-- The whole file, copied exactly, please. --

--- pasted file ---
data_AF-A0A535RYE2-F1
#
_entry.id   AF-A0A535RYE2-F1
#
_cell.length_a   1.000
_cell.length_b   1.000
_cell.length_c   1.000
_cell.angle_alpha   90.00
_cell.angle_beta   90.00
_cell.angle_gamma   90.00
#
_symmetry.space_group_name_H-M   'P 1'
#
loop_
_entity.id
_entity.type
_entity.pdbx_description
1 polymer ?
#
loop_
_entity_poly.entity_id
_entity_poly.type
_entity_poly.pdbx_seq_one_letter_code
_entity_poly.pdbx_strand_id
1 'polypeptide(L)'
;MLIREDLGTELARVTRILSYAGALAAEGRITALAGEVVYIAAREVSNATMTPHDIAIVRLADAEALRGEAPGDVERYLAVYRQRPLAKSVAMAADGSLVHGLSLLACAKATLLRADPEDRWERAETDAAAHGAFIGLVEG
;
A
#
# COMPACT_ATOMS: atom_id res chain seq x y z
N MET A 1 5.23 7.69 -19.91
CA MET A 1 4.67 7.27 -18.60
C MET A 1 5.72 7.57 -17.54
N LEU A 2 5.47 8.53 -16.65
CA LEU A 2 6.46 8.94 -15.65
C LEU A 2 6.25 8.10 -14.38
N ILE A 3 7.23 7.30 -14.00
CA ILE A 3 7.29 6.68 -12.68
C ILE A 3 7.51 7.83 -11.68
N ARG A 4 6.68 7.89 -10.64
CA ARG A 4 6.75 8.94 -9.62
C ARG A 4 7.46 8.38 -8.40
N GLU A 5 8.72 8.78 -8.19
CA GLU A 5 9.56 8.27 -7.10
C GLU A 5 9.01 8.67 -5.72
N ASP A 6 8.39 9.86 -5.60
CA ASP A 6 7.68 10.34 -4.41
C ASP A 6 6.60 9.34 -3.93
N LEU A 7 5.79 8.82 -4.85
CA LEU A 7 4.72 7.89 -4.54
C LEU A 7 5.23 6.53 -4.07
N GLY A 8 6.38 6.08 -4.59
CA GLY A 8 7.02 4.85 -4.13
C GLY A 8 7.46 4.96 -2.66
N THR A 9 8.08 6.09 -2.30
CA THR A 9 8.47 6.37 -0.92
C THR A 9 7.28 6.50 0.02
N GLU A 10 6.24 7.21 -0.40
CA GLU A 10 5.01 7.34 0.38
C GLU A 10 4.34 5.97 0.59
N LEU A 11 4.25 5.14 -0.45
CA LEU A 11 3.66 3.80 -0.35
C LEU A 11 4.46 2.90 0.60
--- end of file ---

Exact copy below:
data_AF-A0A535RYE2-F1
#
_entry.id   AF-A0A535RYE2-F1
#
_cell.length_a   1.000
_cell.length_b   1.000
_cell.length_c   1.000
_cell.angle_alpha   90.00
_cell.angle_beta   90.00
_cell.angle_gamma   90.00
#
_symmetry.space_group_name_H-M   'P 1'
#
loop_
_entity.id
_entity.type
_entity.pdbx_description
1 polymer ?
#
loop_
_entity_poly.entity_id
_entity_poly.type
_entity_poly.pdbx_seq_one_letter_code
_entity_poly.pdbx_strand_id
1 'polypeptide(L)'
;MLIREDLGTELARVTRILSYAGALAAEGRITALAGEVVYIAAREVSNATMTPHDIAIVRLADAEALRGEAPGDVERYLAVYRQRPLAKSVAMAADGSLVHGLSLLACAKATLLRADPEDRWERAETDAAAHGAFIGLVEG
;
A
#
# COMPACT_ATOMS: atom_id res chain seq x y z
N MET A 1 5.23 7.69 -19.91
CA MET A 1 4.67 7.27 -18.60
C MET A 1 5.72 7.57 -17.54
N LEU A 2 5.47 8.53 -16.65
CA LEU A 2 6.46 8.94 -15.65
C LEU A 2 6.25 8.10 -14.38
N ILE A 3 7.23 7.30 -14.00
CA ILE A 3 7.29 6.68 -12.68
C ILE A 3 7.51 7.83 -11.68
N ARG A 4 6.68 7.89 -10.64
CA ARG A 4 6.75 8.94 -9.62
C ARG A 4 7.46 8.38 -8.40
N GLU A 5 8.72 8.78 -8.19
CA GLU A 5 9.56 8.27 -7.10
C GLU A 5 9.01 8.67 -5.72
N ASP A 6 8.39 9.86 -5.60
CA ASP A 6 7.68 10.34 -4.41
C ASP A 6 6.60 9.34 -3.93
N LEU A 7 5.79 8.82 -4.85
CA LEU A 7 4.72 7.89 -4.54
C LEU A 7 5.23 6.53 -4.07
N GLY A 8 6.38 6.08 -4.59
CA GLY A 8 7.02 4.85 -4.13
C GLY A 8 7.46 4.96 -2.66
N THR A 9 8.08 6.09 -2.30
CA THR A 9 8.47 6.37 -0.92
C THR A 9 7.28 6.50 0.02
N GLU A 10 6.24 7.21 -0.40
CA GLU A 10 5.01 7.34 0.38
C GLU A 10 4.34 5.97 0.59
N LEU A 11 4.25 5.14 -0.45
CA LEU A 11 3.66 3.80 -0.35
C LEU A 11 4.46 2.90 0.60